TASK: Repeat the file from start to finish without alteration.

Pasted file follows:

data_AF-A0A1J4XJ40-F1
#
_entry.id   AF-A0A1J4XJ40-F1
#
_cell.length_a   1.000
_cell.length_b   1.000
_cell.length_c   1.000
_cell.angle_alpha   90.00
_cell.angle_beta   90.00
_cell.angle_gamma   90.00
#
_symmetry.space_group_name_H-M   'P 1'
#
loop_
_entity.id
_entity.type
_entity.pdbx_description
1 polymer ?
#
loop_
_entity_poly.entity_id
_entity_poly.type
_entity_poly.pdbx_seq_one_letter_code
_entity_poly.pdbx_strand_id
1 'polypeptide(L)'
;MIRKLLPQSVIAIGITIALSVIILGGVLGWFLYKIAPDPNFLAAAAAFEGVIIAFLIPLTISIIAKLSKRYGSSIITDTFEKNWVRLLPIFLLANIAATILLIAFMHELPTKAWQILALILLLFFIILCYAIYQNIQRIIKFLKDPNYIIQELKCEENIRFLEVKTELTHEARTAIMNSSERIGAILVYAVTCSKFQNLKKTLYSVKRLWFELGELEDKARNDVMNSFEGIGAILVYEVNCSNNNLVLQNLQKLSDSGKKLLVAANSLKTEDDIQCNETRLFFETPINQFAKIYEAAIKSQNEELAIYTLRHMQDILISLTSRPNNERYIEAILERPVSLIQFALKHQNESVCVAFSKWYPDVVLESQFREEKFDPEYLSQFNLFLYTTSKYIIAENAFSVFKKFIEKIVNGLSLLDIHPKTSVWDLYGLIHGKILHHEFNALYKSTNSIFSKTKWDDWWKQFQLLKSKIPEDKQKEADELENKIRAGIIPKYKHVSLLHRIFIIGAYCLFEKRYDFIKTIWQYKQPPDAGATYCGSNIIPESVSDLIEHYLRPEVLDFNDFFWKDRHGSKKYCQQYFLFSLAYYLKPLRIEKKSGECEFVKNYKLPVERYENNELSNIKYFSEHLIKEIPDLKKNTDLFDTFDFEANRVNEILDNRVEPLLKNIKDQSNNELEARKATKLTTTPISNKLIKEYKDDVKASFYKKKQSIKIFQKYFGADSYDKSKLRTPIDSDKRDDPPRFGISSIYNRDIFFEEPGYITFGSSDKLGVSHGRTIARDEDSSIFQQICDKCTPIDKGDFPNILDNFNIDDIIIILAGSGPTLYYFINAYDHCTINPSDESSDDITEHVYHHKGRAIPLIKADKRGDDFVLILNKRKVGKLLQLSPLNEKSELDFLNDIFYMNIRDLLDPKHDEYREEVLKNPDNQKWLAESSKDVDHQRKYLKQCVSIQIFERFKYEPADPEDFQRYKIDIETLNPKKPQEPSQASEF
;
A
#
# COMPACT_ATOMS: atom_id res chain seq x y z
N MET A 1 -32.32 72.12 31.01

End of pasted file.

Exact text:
data_AF-A0A1J4XJ40-F1
#
_entry.id   AF-A0A1J4XJ40-F1
#
_cell.length_a   1.000
_cell.length_b   1.000
_cell.length_c   1.000
_cell.angle_alpha   90.00
_cell.angle_beta   90.00
_cell.angle_gamma   90.00
#
_symmetry.space_group_name_H-M   'P 1'
#
loop_
_entity.id
_entity.type
_entity.pdbx_description
1 polymer ?
#
loop_
_entity_poly.entity_id
_entity_poly.type
_entity_poly.pdbx_seq_one_letter_code
_entity_poly.pdbx_strand_id
1 'polypeptide(L)'
;MIRKLLPQSVIAIGITIALSVIILGGVLGWFLYKIAPDPNFLAAAAAFEGVIIAFLIPLTISIIAKLSKRYGSSIITDTFEKNWVRLLPIFLLANIAATILLIAFMHELPTKAWQILALILLLFFIILCYAIYQNIQRIIKFLKDPNYIIQELKCEENIRFLEVKTELTHEARTAIMNSSERIGAILVYAVTCSKFQNLKKTLYSVKRLWFELGELEDKARNDVMNSFEGIGAILVYEVNCSNNNLVLQNLQKLSDSGKKLLVAANSLKTEDDIQCNETRLFFETPINQFAKIYEAAIKSQNEELAIYTLRHMQDILISLTSRPNNERYIEAILERPVSLIQFALKHQNESVCVAFSKWYPDVVLESQFREEKFDPEYLSQFNLFLYTTSKYIIAENAFSVFKKFIEKIVNGLSLLDIHPKTSVWDLYGLIHGKILHHEFNALYKSTNSIFSKTKWDDWWKQFQLLKSKIPEDKQKEADELENKIRAGIIPKYKHVSLLHRIFIIGAYCLFEKRYDFIKTIWQYKQPPDAGATYCGSNIIPESVSDLIEHYLRPEVLDFNDFFWKDRHGSKKYCQQYFLFSLAYYLKPLRIEKKSGECEFVKNYKLPVERYENNELSNIKYFSEHLIKEIPDLKKNTDLFDTFDFEANRVNEILDNRVEPLLKNIKDQSNNELEARKATKLTTTPISNKLIKEYKDDVKASFYKKKQSIKIFQKYFGADSYDKSKLRTPIDSDKRDDPPRFGISSIYNRDIFFEEPGYITFGSSDKLGVSHGRTIARDEDSSIFQQICDKCTPIDKGDFPNILDNFNIDDIIIILAGSGPTLYYFINAYDHCTINPSDESSDDITEHVYHHKGRAIPLIKADKRGDDFVLILNKRKVGKLLQLSPLNEKSELDFLNDIFYMNIRDLLDPKHDEYREEVLKNPDNQKWLAESSKDVDHQRKYLKQCVSIQIFERFKYEPADPEDFQRYKIDIETLNPKKPQEPSQASEF
;
A
#
# COMPACT_ATOMS: atom_id res chain seq x y z
N MET A 1 -32.32 72.12 31.01